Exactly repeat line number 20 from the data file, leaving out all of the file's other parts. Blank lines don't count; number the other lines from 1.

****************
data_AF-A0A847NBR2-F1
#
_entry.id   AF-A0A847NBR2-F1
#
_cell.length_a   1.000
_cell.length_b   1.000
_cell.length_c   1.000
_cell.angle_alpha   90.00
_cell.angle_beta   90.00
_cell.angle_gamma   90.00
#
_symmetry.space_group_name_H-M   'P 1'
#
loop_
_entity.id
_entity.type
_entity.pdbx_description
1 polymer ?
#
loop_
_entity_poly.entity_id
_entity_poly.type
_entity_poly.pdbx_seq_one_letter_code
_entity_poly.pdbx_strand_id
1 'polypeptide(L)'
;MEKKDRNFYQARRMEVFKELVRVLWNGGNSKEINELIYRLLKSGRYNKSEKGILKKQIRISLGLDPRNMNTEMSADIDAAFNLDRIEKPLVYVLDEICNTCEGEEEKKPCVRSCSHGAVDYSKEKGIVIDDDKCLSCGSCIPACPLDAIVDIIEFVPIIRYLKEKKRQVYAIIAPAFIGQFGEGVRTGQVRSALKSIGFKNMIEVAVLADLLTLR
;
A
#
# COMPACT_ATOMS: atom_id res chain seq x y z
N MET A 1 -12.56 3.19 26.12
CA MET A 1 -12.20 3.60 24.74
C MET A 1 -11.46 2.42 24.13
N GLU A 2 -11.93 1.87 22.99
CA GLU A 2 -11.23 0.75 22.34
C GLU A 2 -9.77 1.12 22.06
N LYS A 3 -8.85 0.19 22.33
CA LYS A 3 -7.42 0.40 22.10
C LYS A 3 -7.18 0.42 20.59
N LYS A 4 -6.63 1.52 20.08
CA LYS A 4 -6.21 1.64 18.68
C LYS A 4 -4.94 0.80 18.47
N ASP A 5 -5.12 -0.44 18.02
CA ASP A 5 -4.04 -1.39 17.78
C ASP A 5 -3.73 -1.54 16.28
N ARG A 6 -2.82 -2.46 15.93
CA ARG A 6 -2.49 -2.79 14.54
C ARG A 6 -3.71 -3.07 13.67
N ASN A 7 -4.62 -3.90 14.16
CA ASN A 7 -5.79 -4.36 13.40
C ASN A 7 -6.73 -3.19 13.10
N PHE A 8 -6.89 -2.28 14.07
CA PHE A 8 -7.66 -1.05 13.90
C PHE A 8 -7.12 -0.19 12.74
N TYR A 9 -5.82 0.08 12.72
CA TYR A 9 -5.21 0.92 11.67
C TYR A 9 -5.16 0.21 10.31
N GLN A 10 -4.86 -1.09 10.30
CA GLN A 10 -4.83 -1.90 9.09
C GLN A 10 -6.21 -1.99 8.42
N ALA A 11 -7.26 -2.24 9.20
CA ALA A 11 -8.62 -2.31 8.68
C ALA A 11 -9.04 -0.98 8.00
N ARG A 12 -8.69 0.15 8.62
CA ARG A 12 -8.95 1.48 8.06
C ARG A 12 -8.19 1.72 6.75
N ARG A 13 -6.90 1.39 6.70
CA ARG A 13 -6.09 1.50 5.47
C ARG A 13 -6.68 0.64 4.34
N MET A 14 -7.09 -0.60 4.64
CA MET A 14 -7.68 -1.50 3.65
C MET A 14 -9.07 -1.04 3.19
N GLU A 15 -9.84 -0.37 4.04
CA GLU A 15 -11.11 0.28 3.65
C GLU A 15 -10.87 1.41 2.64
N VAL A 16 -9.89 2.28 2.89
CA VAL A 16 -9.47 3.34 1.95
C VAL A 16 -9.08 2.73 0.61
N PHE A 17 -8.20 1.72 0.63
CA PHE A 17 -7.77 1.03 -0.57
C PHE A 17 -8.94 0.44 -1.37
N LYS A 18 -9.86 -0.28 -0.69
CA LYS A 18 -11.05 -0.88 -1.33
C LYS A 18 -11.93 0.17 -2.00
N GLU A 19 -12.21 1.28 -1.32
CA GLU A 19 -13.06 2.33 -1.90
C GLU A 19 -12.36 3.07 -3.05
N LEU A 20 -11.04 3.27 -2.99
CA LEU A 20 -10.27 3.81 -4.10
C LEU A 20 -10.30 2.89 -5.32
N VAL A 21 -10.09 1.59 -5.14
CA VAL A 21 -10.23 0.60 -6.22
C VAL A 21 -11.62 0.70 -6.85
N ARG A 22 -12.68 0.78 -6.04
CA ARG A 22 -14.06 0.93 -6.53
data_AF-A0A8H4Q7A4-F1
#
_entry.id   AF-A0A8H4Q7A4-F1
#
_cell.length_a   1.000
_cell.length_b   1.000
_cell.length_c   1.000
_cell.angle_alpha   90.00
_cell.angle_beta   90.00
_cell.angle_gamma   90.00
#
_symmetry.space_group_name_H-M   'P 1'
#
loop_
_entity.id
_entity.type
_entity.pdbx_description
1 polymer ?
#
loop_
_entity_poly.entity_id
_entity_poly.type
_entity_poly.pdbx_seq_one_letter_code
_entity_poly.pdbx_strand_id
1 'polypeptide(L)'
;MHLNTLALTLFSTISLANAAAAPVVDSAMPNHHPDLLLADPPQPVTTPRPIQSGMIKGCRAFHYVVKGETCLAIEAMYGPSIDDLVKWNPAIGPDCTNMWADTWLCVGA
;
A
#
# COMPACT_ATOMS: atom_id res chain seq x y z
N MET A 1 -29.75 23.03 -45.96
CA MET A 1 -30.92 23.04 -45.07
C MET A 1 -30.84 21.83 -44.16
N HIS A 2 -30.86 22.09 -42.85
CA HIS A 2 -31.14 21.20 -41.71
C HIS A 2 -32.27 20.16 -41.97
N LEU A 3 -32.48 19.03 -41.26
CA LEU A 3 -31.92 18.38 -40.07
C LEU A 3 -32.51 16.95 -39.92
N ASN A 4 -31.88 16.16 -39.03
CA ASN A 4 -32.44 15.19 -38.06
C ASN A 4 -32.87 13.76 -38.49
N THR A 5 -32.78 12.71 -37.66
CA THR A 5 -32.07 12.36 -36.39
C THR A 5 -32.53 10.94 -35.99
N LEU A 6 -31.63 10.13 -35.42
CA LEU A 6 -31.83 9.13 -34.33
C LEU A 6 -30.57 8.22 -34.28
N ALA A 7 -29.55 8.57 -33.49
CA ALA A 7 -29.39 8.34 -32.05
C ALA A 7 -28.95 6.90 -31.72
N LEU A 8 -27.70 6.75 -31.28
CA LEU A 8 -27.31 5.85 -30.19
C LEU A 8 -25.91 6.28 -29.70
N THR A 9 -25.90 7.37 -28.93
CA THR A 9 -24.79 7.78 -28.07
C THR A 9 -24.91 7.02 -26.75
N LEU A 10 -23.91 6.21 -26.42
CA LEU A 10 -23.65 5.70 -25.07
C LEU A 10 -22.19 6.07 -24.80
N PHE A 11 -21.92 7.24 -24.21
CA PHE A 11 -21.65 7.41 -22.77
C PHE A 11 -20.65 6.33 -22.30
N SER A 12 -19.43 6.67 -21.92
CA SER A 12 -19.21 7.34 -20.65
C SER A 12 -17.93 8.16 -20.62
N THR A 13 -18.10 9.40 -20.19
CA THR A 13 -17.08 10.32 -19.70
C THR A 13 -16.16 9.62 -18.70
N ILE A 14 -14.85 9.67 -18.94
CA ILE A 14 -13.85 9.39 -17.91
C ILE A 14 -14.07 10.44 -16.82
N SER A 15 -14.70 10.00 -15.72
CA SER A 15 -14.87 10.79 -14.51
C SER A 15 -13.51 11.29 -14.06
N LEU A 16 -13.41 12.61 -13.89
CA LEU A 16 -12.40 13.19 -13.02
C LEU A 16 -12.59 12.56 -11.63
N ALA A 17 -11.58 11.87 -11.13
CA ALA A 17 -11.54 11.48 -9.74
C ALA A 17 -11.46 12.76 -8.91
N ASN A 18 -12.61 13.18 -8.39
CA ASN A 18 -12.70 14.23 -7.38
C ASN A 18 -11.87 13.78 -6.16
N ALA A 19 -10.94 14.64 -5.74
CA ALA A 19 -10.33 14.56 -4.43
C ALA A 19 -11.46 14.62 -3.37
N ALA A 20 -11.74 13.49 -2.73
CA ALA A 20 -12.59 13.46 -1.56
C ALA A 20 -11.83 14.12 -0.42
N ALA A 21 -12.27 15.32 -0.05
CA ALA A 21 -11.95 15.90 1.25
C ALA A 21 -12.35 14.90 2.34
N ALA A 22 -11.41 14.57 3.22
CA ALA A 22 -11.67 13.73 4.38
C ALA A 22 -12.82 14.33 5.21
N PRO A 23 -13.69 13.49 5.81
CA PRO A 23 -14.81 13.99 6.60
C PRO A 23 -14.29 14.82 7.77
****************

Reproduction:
loop_